What rhymes with log, fog, bog, smog and blog?  Dog? Not if you live in the state of New Jersey!

As a substitute teacher, I love to teach Literacy.  More often than not, that entails having students make new words by changing the first letter(s) of a word to make a new one.  Recently, I was teaching a First Grade class to make words that contained “og.”  All was fine until we got to the word, “dog.” 

“Mrs. K,” said a boy.  “Dawg” doesn’t rhyme with fog.”  We all read the words out loud, but when we got to dog, something was amiss. I explained that in most regions of the United States, it was pronounced as D-ah-g.  But there was no denying, that in most cases, a dog is a “dawg” in Jersey.

I recall as a visiting teenager in Boulder, Colorado, the look I got when I answered  classmates questions about where I lived.  “North Brawdway,” I would answer.  They either laughed, or looked confused, not knowing I was trying to pronounce “Bra-dway.”

My niece, 8 year old, Olivia, is spending a few days visiting her Aunt Manette and Uncle David in Hackensack.  Livie, as we call her moved to upstate New York several years ago, so I am not sure which version of dog she is using now.  But poor Liv battled a fear of them in her early years.  Just the sight of Hooper lopping towards her for a kiss sent her screaming, climbing up on kitchen counters, curling up on top of sofas in sheer terror.  Hooper, who was used to warm welcomes would just cock her head, and look at me puzzled.  This went on for years and usually required Hooper to be sequestered out of sight for hours.  It was a challenge for all.

Thankfully, Livie overcame her fear.  For several months, her family served as temporary caretakers for Sophie, a sweet Border collie mix.  Soon, she began to warm up to Hooper and now, she calls Hooper her best cousin, giving the greatful dog hugs and kisses.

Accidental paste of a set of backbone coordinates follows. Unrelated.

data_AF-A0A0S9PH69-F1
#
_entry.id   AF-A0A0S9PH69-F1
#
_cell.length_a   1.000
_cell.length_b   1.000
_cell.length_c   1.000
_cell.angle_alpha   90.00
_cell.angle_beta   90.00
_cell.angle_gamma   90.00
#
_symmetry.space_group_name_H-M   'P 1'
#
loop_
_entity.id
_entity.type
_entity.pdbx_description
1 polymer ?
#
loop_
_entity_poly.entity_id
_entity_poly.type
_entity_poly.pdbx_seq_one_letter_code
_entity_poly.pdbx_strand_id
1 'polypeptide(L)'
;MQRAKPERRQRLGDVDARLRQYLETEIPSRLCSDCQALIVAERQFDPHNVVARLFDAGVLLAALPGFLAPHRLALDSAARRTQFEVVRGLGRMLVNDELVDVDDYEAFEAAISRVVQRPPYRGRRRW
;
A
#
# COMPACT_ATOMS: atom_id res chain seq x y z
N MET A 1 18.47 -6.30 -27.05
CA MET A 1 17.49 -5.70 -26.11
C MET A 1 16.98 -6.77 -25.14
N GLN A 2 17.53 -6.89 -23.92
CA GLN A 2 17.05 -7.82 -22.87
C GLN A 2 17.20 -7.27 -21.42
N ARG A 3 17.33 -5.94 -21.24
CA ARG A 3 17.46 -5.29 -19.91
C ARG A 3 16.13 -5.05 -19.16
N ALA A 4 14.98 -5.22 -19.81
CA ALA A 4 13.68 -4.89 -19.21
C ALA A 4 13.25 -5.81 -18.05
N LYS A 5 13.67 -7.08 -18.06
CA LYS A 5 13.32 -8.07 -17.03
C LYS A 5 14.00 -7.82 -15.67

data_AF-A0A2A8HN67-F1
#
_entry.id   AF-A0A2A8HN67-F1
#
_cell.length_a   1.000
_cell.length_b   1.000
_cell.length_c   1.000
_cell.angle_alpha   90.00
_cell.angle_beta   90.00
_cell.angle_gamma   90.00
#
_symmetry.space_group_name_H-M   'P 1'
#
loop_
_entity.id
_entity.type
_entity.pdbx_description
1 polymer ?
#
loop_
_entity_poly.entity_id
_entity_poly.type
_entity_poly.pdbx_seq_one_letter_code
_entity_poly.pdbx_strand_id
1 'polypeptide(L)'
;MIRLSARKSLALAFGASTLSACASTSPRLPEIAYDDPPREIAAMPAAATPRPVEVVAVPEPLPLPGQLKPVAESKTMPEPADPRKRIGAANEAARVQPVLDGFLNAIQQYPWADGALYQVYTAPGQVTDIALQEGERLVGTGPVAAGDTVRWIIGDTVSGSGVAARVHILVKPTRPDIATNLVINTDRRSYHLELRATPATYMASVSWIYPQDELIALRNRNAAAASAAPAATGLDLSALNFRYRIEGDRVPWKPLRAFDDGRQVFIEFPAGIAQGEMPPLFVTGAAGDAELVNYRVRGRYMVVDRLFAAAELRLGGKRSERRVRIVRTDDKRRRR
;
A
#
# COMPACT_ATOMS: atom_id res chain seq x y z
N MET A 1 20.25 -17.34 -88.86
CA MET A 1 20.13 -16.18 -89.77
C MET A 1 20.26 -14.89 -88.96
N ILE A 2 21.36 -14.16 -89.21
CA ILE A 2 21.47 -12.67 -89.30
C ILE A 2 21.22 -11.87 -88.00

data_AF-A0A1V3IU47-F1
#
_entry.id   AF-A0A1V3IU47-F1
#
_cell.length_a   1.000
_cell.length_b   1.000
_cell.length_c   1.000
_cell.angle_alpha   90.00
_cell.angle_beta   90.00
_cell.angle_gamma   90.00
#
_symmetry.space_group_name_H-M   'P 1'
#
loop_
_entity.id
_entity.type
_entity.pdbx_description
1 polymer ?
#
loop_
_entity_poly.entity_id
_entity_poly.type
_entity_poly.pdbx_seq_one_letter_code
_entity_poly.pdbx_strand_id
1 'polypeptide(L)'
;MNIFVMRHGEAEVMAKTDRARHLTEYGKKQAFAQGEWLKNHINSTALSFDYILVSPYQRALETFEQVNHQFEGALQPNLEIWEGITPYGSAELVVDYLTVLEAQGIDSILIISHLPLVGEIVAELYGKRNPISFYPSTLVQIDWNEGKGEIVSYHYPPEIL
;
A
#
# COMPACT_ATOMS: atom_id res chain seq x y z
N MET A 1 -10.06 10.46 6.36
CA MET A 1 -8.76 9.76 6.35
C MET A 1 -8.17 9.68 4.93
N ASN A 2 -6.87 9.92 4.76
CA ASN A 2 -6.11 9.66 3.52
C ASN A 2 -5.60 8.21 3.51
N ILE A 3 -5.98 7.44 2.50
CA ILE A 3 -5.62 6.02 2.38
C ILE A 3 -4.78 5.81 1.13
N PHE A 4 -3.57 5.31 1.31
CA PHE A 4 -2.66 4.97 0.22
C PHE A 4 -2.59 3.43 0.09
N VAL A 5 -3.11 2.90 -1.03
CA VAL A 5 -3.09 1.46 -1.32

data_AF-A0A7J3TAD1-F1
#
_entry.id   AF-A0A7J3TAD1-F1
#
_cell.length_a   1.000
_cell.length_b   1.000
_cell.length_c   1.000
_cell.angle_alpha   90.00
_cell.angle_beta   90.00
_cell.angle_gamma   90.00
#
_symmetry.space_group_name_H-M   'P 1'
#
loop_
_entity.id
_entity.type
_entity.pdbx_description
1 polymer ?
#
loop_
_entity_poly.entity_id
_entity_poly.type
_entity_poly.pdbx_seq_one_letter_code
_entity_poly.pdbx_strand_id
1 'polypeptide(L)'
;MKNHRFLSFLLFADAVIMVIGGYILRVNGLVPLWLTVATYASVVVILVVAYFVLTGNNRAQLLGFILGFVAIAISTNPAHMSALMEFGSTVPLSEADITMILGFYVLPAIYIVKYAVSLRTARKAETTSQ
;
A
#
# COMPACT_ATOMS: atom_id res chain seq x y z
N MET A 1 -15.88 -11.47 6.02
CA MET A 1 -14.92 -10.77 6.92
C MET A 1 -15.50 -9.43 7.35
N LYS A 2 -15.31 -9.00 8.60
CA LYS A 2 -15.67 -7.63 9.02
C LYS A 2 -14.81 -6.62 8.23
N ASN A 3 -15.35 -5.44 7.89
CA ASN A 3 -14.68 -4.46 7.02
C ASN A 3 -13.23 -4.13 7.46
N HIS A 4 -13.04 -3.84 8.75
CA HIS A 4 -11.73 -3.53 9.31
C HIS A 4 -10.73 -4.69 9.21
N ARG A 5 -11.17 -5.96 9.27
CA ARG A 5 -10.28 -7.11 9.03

Will Judy, founder of National Dog Week,  believed that dogs had a great deal to teach kids.  Judy, who had been trained as a minister once wrote, “The dog is a daily, living sermon, without offense, without preaching.  He teaches his young overlords out of a book of life-his own life.”

But, it is important not to force any relationship. With Livie, we used patience, tolerance, and required good behavior, especially when in my niece’s presence.

On-line, we read about all the fun and fancy ways to observe National Dog Week, but for Will Judy, the week was about so much more.  At its crux, was his belief that humans still really didn’t get how much our dogs can offer us if we only would let them.  It urged that caring dog “owners” take the time to nurture their special bonds with their best four-legged friends. 

Enlightenment begins with our young, and they are the ones who will carry the torch for the National Dog Weeks of the future. 

By the way, in 2006, the state of NJ, officially recognized NDW as something to be observed the last full week of September each year.  But, something tells me, like Scooby-Doo, we still have a lot of work to do, now!

Mark your calendars now to remember National “Dawg” Week this year!

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